Haroon Mota has run three marathons since 2012, and this year he is taking on the challenge of running four marathons in three weeks, so we thought he would be perfect to speak to about how best to prepare yourself and what surprises you might face.


How many marathons have you run?


Since taking up running in 2012, I have completed 3 full marathons. I ran the London Marathon in 2012, 2013 & 2015. I’ve also completed 21 Half Marathons.


Have you run any others apart from the London Marathon?


I’ve not yet run any other marathons yet. I had signed up to run the 2016 Paris Marathon, and it was going to be my first international marathon which I was so excited about. I had even booked my flights & hotels, but my wife became pregnant and was due in April so I had cancel. I’m looking forward to running the Manchester, Paris & Boston Marathons this April, along with London, as part of my big Marathon challenge this year though.


What initially motivated you to run the London Marathon?


I was never a fan of running, I used to find it so boring. We never did athletics in my school either so I had never really developed any distance running ability. Back in 2011 I took up a job offer to work as a Youth Support Coordinator on the Teenage Cancer Ward at UCLH Hospital in London. I used to commute from Coventry to London every day, and I found it so strange getting out of Euston Station every morning and seeing so many people running the streets. It was quite bizarre but very intriguing to see and I often wondered what motivated these people to run, especially on wet, cold winter mornings. The year before I remember watching the London Marathon on TV with my wife, and she said “you could never do that (run 26.2 miles)”, and I genuinely agreed. I never thought I’d be able to complete such an insane distance. The Teenage Cancer Trust were recruiting for the 2012 London Marathon, and being a keen fundraiser myself I thought it might be a good idea to give 26.2 miles a go. I had never even run a 10k before – what was I thinking? The thought of fundraising to support young people with cancer; the very young people I was working with on daily basis was something which I was very keen to be involved in. I knew 26.2 miles would be tough but I thought I could add it to my list of achievements, after having trekked to Mt Everest Basecamp a few years earlier. It was the year of the London Olympics too and I thought it would be a great time to be involved in the London Marathon.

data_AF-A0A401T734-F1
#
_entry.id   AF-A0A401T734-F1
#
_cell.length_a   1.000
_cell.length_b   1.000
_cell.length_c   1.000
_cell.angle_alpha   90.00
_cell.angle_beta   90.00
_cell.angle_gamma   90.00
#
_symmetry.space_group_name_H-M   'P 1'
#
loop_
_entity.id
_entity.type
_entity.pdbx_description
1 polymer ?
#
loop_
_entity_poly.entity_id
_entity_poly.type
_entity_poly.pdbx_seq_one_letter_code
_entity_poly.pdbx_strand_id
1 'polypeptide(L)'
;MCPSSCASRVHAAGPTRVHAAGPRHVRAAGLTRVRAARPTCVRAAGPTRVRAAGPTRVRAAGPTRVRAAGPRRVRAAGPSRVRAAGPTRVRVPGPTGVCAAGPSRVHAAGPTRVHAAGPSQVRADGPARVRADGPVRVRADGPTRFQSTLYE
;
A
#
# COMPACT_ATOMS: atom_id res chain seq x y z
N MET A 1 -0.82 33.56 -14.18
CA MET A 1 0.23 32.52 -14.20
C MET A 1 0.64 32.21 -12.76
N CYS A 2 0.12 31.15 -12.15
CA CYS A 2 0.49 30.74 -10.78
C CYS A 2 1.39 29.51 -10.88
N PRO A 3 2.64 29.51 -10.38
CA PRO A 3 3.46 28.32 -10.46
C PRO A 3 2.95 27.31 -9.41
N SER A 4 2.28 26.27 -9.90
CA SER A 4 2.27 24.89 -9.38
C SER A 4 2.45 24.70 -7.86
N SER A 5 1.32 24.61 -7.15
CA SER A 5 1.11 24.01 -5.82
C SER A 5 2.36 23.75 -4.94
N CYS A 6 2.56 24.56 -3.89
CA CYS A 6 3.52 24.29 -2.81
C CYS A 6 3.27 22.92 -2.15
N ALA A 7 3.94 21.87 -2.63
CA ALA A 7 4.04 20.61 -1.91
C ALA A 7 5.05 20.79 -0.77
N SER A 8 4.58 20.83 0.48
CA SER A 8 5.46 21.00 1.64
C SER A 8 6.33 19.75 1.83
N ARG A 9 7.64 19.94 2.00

Was there anything about running the London Marathon that you didn't expect? Anything that you saw or felt?


I didn’t expect it to be so extremely difficult the first time I attempted it. I thought I had trained enough, but I obviously didn’t do enough. It was the most horrible & painful experience ever. At mile 18 I told myself I’d never run again, and I honestly can’t remember that last 6 miles or so. It’s all quite a blur now – I was in that much excruciating pain from all the severe cramp I was suffering from.


I didn’t expect there to be so many spectators. They were everywhere, and were amazing!


How did it feel to run with so many other people? Again, did any of your fellow runners do anything you weren't expecting?


Running with so many thousands of people was such a buzz. The atmosphere was electric. Seeing so many people from different backgrounds, representing hundreds of different charities, wearing all sorts of colorful & crazy costumes, each with their own unique stories, was just incredible. I felt so lucky to be part of the London Marathon.


How did the supporters and cheering help?


For the entire 26.2 miles there were spectators full of cheer. They were full of encouragement, shouting your name and chanting silly jokes to help keep spirits up. At times in the latter stages of the race where I’d be reduced to walking with no energy left in the tank. I’d be full of exhaustion, and in agonizing pain, but the supporters would cheer with so much energy that I’d feel obliged to get my run on again. It’s unreal how much a difference the spectators make. It wouldn’t be the same without them!


How did you feel in the lead up to your first London Marathon?


I remember being quite nervous. I was worried about becoming ill or getting injured. I wasn’t sure if I had trained enough or whether or not I had fueled adequately. I was excited too, but being my first ever race, I wasn’t so sure what to expect. I had a lot support and appreciation from the public, and my friends and family. I was running for such a great cause, so I felt really proud for what I was going to do. I did feel a little pressure on myself as I had spent so many months shouting about my Marathon on social media and generating lots of interest in my campaign – so I felt that I had to complete the distance in a respectable time as well.


Were there things that made the training easier? Or any that made it harder?


Training was very tough, but my motivation was always the Teenage Cancer Trust. I was running for all the young people who have cancer and I knew I was making a big difference, so I kept these young people at thought when training got tough.


Finally, what kept you going through all of the training?


I raised over £5000 in my first Marathon. I had such huge support from friends, family, my community & local media, and it gave me so much more motivation. I didn’t want to let my donors down, and I felt that I owed them for their support so I ensured that I kept myself going. It’s never easy training through the winter, but when you have a solid reason to run, nothing can dampen your motive. I told myself that regardless of weather conditions, and regardless of how lazy or achy I might have been, I would always get my training done.


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